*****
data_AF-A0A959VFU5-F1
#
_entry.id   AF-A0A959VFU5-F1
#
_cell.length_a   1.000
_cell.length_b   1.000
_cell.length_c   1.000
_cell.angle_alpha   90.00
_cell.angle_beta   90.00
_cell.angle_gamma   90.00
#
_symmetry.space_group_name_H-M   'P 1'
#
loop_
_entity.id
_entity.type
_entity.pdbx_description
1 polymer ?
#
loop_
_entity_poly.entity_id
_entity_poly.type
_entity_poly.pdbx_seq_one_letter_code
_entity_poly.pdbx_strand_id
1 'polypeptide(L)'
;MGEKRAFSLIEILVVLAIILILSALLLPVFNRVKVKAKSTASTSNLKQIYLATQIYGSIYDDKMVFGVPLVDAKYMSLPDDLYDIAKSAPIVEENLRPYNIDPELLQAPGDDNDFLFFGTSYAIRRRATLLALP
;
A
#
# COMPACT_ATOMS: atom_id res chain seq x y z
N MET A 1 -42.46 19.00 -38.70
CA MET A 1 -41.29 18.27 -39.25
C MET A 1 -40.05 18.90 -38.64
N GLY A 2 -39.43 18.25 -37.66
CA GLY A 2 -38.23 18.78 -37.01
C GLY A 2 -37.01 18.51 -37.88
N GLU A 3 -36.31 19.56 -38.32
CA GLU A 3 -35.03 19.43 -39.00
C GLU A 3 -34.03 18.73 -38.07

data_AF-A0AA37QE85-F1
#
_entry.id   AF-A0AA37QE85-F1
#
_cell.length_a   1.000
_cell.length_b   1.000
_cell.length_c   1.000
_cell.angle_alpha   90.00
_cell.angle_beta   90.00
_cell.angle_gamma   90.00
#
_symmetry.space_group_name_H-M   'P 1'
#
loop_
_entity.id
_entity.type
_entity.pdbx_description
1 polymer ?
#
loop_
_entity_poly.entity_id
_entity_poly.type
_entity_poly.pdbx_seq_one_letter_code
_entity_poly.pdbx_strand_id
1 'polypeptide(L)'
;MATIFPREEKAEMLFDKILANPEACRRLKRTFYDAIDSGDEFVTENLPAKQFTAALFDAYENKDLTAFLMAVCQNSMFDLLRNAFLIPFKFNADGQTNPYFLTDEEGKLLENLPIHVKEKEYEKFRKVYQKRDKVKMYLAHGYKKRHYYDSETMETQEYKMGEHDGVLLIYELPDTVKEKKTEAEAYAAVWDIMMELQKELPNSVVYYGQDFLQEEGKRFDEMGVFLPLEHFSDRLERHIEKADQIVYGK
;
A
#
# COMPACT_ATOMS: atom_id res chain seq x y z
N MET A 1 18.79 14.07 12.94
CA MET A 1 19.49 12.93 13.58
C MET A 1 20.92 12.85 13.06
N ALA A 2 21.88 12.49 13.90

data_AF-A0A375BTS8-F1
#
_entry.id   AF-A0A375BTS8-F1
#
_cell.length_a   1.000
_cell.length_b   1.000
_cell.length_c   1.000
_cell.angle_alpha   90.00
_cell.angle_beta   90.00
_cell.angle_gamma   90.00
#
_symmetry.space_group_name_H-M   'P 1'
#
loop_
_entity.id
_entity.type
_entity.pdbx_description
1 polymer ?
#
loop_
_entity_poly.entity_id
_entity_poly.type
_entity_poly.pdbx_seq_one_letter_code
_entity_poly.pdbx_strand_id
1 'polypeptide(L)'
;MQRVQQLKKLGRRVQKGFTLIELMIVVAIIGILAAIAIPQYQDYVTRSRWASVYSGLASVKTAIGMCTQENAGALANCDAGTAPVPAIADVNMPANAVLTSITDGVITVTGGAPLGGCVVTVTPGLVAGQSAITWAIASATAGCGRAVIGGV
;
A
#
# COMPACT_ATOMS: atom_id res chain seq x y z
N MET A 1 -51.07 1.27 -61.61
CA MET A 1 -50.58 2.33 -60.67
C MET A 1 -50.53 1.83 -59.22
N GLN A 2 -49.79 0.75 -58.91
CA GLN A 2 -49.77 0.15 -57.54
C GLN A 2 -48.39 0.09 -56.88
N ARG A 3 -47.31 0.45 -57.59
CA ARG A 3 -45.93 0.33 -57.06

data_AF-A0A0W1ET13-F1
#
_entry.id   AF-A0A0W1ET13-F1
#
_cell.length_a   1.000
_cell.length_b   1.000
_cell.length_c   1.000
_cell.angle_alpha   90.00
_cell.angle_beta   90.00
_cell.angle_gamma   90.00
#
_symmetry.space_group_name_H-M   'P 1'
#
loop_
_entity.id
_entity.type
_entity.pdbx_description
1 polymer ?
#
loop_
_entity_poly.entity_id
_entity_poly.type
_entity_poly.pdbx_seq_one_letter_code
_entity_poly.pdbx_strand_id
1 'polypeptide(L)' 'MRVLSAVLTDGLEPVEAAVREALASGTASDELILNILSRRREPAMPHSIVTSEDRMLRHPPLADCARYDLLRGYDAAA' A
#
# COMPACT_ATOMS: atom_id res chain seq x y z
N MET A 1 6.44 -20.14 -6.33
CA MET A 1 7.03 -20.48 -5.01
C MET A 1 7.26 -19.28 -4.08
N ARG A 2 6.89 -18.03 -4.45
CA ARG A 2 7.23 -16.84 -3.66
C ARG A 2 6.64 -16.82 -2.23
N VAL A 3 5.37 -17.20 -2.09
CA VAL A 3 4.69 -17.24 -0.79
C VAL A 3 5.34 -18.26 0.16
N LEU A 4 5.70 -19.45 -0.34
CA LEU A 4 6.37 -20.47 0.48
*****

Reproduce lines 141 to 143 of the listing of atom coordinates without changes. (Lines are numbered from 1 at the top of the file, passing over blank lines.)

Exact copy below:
C MET A 1 7.26 -19.28 -4.08
N ARG A 2 6.89 -18.03 -4.45
CA ARG A 2 7.23 -16.84 -3.66